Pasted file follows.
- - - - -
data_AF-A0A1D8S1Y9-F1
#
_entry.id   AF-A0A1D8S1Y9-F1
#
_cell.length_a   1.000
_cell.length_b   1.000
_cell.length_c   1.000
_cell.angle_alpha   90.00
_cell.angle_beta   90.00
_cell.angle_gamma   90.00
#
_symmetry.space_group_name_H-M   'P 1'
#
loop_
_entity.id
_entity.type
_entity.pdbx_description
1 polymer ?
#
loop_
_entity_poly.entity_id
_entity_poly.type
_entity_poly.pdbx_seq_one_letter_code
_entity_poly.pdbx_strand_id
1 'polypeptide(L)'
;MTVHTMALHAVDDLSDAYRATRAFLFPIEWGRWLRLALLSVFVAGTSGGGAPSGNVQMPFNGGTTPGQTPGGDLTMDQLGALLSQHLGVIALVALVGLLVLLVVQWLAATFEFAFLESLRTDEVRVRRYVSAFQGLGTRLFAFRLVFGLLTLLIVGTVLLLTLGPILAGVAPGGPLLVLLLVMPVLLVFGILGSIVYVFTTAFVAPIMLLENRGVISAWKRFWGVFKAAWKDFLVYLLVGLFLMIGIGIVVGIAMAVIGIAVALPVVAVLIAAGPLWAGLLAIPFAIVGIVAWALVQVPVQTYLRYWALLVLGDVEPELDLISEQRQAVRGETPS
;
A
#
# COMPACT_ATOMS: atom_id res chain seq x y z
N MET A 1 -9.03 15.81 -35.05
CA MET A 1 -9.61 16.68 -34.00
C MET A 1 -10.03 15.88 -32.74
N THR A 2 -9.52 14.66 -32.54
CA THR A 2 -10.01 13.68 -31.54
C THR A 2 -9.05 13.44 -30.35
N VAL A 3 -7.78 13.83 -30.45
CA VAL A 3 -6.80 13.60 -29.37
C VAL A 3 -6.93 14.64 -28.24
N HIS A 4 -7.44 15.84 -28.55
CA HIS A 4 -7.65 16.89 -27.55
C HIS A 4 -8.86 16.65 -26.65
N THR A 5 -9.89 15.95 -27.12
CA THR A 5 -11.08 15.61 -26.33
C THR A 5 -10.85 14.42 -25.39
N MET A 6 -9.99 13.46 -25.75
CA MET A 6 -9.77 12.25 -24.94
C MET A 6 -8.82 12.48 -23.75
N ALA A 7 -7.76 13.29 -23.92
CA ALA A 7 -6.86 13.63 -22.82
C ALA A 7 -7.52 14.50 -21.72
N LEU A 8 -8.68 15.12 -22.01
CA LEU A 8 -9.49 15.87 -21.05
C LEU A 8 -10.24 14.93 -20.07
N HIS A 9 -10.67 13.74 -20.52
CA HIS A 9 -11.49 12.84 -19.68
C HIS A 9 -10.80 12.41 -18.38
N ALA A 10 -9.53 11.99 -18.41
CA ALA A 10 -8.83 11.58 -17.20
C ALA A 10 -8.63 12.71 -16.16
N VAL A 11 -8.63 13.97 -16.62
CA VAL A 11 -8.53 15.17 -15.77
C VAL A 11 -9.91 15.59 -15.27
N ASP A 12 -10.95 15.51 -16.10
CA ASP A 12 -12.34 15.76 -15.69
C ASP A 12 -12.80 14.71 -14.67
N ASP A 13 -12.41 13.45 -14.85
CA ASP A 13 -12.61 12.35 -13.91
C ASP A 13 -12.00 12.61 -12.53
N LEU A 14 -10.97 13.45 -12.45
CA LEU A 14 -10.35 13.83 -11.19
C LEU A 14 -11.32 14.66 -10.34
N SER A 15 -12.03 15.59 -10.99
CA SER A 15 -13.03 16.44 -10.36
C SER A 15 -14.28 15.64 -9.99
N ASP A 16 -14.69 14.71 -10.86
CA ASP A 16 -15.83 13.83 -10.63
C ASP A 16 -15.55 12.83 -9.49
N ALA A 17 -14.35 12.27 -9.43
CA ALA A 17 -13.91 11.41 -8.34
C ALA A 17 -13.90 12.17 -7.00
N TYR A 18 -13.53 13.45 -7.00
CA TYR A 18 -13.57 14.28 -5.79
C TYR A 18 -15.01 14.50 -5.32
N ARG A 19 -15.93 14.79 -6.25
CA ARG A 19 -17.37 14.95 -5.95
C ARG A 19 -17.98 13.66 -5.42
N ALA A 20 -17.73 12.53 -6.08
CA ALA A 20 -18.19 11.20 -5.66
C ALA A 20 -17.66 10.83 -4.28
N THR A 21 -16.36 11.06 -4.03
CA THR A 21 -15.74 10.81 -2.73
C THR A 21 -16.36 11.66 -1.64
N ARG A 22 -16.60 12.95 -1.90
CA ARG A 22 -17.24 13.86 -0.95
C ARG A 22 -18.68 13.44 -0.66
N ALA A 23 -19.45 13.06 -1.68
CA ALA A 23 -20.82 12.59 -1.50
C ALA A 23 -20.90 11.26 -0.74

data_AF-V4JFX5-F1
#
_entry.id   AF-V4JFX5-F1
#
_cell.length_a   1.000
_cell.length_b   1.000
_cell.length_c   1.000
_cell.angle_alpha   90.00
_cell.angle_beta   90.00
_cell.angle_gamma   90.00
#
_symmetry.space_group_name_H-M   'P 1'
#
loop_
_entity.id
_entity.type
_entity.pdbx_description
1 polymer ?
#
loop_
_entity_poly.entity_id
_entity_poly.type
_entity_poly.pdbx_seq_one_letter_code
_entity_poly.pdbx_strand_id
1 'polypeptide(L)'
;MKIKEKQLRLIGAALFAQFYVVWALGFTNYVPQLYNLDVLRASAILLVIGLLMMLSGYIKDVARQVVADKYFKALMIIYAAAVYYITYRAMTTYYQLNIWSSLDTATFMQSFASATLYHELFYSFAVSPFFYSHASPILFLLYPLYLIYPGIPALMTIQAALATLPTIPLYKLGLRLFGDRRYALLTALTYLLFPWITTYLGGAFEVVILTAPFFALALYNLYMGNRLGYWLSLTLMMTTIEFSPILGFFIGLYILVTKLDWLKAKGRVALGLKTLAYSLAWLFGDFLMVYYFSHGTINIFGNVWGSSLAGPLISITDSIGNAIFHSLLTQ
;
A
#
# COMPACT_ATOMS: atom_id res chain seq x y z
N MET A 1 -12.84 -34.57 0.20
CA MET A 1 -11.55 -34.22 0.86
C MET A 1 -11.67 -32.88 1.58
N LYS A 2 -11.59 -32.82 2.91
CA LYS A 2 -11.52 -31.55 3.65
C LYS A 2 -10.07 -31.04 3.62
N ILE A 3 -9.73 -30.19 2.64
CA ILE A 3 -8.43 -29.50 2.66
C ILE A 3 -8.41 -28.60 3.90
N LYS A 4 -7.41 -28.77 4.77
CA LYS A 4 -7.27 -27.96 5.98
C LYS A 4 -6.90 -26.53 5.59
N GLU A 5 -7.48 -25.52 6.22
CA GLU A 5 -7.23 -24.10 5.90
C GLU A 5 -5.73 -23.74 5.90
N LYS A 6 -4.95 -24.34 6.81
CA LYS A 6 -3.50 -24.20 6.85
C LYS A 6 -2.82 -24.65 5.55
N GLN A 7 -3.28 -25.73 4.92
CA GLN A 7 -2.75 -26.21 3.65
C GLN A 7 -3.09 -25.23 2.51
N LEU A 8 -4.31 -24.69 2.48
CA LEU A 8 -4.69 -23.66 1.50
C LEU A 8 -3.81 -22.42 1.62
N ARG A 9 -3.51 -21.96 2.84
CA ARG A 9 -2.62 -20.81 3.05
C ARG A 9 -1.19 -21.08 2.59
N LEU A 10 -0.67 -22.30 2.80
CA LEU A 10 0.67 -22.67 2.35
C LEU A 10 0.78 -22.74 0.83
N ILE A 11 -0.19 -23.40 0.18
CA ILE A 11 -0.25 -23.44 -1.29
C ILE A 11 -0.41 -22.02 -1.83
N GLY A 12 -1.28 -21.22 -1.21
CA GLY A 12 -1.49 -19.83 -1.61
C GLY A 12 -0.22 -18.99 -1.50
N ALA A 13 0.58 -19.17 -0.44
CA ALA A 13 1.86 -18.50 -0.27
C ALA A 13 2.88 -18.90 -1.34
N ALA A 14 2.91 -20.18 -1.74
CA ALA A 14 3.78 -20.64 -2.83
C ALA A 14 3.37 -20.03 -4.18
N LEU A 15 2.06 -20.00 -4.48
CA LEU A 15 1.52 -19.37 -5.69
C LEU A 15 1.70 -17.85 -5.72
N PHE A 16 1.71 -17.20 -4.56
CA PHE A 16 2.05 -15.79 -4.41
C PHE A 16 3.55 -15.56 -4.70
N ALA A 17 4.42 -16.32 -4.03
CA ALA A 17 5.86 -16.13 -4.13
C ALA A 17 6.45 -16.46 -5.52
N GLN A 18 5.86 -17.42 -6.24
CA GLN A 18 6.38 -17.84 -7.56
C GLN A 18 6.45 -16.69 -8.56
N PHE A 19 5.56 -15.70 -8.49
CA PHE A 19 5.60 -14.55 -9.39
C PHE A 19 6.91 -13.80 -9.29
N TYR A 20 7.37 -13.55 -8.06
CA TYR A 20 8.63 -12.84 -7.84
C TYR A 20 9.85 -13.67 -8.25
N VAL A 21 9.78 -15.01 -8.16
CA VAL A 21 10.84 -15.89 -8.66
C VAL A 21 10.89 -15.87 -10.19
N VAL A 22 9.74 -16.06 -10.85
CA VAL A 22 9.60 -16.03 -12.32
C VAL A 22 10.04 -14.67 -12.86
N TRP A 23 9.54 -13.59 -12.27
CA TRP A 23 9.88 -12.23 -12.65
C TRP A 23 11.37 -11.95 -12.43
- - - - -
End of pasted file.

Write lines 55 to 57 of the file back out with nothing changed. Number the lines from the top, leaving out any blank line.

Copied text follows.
N HIS A 9 -10.67 13.74 -20.52
CA HIS A 9 -11.49 12.84 -19.68
C HIS A 9 -10.80 12.41 -18.38